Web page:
Miami and Houston police soon should be using small, unmanned aerial systems (UASs) to help fight crime and improve their situational awareness during the response to an emergency or disaster.
The Miami-Dade Police Dept. shortly plans to have a 14-lb, ducted-fan Honeywell Micro Air Vehicle equipped with electro-optical and infrared sensors patrolling above Miami’s streets. For 4-6 months, it will test the wingless, vertical takeoff and landing aircraft in tactical situations, such as special weapons and tactics (SWAT) scenarios.
The Houston Police Dept. will test a larger, fixed-wing unmanned aircraft, the Insitu, Inc. Insight. That catapult-launched UAS weighs 38-lb and has a 10-ft wingspan.
The FAA proposed the Florida and Texas UAS tests last year to gather data on UAS flight operations over populated areas and help it determine what steps must be taken to ensure that unmanned aircraft can be operated safely in civil airspace.
The Houston department’s interest in testing small unmanned aircraft stems from 2005’s Hurricane Rita. During the evacuation from that storm, citizens choked Houston’s highways, resulting in accidents that killed several people. Houston’s small fleet of police helicopters had been evacuated to San Antonio ahead of the storm and "we did not have the information needed as public safety officials to react to problems," Capt. Tom Runyan, commander of the Houston Police’s Helicopter Div., told a recent National Transportation Safety Board forum on UAS safety.
The Miami-Dade and Houston police are not alone in their desire to field aerial robocops. Taking their lead from the U.S. military, law enforcement agencies across the United States and elsewhere are showing a growing interest in using unmanned systems for crime fighting.
Unmanned aircraft are "a rapidly emerging technology that has exceptional appeal to law enforcement," the U.S. Justice Dept. said in a recent technical bulletin regarding law enforcement use of UASs. But it warned that the operation of such aircraft, whether by a federal, state or local law enforcement agency, is covered by FAA regulations.
The FAA requires that a UAS operator obtain a certificate of authorization from it to fly the aircraft in civil airspace. The FAA says it will consider issuing a certificate for such flights if the agency seeking permission can demonstrate that the operation is safe and that sufficient risk mitigations are in place. Any law enforcement agency operating a UAS is required to ensure the airworthiness of the aircraft. It also must ensure the aircraft is operated by an FAA certificated pilot with a current Class 2 medical certificate as well as an observer. While the observer does not have to be a pilot, he must have a Class 2 medical certification.
Sheriff’s offices in California, Maryland and North Carolina have experimented with small, hand-launched unmanned aircraft. North Little Rock, Ark., Charleston, S.C., Sacramento, Calif. and Las Vegas plan to buy UASs as well. Some early law enforcement unmanned experiments were grounded because the local agency failed to obtain the FAA’s permission first or violated terms of it.
Of the19,000 independent state and local law enforcement agencies in the United States, fewer than 300 have aviation units, according to Michael O’Shea, aviation technology program manager for the U.S. Justice Dept.’s National Institute of Justice, said. "Our guys are small, and they are poor." O’Shea said. "We say if you can afford a Bell 412, then get it. It’s an awesome asset. But if you don’t have the money, then buy a UAS. It’s a heck of a lot cheaper to acquire and operate."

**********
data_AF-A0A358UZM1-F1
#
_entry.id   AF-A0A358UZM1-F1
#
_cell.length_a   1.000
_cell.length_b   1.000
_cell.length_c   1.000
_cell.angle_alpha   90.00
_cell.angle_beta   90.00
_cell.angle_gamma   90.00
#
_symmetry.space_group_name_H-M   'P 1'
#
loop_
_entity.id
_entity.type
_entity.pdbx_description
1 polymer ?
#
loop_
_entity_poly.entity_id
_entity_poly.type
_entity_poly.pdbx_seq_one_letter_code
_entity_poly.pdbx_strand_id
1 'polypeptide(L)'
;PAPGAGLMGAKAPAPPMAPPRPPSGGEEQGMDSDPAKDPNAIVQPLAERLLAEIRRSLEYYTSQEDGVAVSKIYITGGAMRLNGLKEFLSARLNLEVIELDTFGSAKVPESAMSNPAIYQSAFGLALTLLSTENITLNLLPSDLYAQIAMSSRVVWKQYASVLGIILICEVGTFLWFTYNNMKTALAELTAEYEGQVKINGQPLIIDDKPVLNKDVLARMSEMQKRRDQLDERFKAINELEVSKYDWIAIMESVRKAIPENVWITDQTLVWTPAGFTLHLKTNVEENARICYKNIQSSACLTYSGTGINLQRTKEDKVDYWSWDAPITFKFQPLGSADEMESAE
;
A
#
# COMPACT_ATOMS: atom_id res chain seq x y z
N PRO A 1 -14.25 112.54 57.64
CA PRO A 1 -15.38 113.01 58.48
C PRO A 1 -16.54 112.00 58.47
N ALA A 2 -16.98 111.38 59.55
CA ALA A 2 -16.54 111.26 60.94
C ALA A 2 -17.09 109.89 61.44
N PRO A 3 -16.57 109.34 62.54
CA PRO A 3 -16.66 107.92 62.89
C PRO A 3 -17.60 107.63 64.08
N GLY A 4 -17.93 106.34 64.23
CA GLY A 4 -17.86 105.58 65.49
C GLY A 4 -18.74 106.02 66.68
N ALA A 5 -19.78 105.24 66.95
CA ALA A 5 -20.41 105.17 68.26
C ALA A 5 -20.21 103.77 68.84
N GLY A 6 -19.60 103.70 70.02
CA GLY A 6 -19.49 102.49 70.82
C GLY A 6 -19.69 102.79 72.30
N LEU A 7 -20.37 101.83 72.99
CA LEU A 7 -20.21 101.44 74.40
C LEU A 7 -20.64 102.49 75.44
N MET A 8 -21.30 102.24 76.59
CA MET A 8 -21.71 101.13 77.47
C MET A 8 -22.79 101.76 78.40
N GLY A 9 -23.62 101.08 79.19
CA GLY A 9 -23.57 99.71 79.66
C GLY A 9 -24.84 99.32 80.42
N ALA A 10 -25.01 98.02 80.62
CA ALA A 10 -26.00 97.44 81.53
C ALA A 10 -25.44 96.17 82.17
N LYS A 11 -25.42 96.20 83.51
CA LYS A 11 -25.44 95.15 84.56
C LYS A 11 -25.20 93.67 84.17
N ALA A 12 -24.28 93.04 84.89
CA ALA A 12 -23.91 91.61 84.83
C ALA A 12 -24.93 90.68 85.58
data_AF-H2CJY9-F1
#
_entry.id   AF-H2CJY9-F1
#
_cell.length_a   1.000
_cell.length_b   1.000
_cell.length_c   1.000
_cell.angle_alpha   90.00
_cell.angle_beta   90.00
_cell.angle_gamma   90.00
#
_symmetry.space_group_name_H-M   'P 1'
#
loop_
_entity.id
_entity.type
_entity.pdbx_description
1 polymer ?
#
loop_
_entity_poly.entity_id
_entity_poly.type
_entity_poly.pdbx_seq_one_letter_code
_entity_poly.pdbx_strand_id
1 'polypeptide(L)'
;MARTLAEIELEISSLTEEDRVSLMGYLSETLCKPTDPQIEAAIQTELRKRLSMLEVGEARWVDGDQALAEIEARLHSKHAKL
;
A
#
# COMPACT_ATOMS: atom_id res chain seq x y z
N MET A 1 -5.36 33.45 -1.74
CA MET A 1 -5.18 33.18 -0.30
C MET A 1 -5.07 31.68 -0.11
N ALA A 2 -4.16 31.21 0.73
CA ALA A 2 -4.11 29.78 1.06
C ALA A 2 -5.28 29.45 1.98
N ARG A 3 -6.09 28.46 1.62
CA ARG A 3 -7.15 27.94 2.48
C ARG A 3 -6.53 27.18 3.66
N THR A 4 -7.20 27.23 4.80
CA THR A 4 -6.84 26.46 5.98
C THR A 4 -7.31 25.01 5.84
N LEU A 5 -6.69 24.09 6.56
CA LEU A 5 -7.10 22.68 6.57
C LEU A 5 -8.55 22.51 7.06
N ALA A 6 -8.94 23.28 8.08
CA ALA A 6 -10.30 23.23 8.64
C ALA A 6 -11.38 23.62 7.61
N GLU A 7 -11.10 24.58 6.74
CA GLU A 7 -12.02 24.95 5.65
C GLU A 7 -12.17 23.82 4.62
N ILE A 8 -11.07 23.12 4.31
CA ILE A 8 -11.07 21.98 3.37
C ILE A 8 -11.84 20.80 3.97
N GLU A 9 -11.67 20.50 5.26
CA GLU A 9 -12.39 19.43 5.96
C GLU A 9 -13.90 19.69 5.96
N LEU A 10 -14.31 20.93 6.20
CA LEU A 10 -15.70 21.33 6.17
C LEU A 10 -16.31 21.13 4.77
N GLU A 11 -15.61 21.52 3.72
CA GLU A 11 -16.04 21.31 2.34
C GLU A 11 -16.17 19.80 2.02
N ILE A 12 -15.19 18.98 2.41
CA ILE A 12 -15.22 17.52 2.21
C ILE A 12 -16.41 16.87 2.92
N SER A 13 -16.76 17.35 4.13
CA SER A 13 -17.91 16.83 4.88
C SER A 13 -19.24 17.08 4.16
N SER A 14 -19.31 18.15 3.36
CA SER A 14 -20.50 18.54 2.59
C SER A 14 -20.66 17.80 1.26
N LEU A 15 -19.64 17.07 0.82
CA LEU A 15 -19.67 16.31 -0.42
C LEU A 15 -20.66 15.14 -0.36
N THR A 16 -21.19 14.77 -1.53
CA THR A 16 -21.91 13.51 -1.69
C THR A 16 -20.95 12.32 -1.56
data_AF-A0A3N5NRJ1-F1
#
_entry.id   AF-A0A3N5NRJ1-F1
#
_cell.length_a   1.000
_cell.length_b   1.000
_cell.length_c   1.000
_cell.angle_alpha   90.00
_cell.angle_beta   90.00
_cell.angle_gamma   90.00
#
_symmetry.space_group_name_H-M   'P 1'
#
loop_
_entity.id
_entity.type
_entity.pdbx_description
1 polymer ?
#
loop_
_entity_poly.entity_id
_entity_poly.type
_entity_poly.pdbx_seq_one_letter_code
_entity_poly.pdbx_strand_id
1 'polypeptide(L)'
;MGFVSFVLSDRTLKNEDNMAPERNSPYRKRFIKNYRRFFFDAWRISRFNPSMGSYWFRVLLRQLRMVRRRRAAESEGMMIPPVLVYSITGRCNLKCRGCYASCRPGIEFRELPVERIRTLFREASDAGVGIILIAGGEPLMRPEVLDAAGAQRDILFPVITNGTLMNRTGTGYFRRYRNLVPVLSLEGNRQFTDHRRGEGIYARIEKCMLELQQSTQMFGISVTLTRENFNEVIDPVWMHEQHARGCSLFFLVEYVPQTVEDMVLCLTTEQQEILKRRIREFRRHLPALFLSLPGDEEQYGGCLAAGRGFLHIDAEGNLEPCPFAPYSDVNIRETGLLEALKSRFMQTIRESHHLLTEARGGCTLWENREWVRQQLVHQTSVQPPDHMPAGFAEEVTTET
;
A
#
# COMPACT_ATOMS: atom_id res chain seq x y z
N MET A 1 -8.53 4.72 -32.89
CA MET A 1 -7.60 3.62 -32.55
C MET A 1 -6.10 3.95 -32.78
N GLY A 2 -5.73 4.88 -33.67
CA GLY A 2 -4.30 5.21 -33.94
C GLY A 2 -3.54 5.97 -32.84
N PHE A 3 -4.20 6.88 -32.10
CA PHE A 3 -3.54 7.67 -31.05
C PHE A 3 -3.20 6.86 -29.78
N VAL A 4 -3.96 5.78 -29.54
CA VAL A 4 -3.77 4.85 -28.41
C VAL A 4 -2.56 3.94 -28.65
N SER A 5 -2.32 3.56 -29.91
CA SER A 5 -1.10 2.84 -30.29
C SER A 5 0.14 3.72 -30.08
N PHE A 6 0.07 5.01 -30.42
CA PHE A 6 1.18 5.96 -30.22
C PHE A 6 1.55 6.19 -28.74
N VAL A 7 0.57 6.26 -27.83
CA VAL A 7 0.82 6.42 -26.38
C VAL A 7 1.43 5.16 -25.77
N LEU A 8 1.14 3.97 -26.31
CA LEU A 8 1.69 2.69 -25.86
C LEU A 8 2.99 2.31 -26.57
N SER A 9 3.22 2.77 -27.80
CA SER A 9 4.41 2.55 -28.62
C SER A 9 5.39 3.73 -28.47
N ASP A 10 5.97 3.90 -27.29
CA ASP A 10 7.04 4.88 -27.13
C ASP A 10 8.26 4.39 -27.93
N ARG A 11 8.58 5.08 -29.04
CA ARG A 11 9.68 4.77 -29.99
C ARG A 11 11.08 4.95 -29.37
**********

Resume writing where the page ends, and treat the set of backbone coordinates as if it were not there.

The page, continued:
At the national level in the United States, the FBI is experimenting with a variety of pilotless aircraft and the U.S. Forest Service has purchased two SkySeer unmanned aircraft from Chang Industries to locate marijuana fields in the backwoods.
The U.S. Customs and Border Protection service, whose Air and Marine Office operates the largest federal law enforcement air force in the world (with 290 aircraft) has been flying the 10,000-lb General Atomics Predator B over the southwest border with Mexico since 2006. It is deploying one in North Dakota to patrol the Canadian border. The unit envisions operations over the Gulf of Mexico and is developing the capability to load Predator Bs and support equipment on U.S. Coast Guard C-130s to support disaster-relief operations.
In 2006, one of the service’s Predator Bs crashed near Nogales, Ariz., within 300 ft of a house in a sparsely populated residential area. No one was injured. Investigators found the Predator’s inexperienced operator allowed the aircraft to run out of fuel.
The assistant customs and border protection commissioner in charge of the Air and Marine unit, Michael Kostelnik, said the Predator B "does things none of my manned aircraft can do. I can’t send a helicopter on an operation where it might face rocket-propelled grenade fire."
Russia’s Interior Ministry plans to have its first unmanned helicopter by year’s end to provide imagery of major incidents and help in special police operations. Australia is wrapping up a trial in which UASs kept watch for criminal activities, such as illegal fishing. Last year, police in Staffordshire, England used an unmanned helicopter to keep tabs on a crowd of 95,000 at a music festival.
"There is a huge market for fire departments and emergency management departments to employ this technology," said Chief Donald Shinnamon, director of public safety for Holly Hill, Fla. and an expert on law enforcement aircraft. "We all stand to benefit from local departments employing small UASs." But, he said, "regulation is lagging behind the technology," arguing that the FAA "declines to engage in a meaningful dialogue" with non-military UAS operators."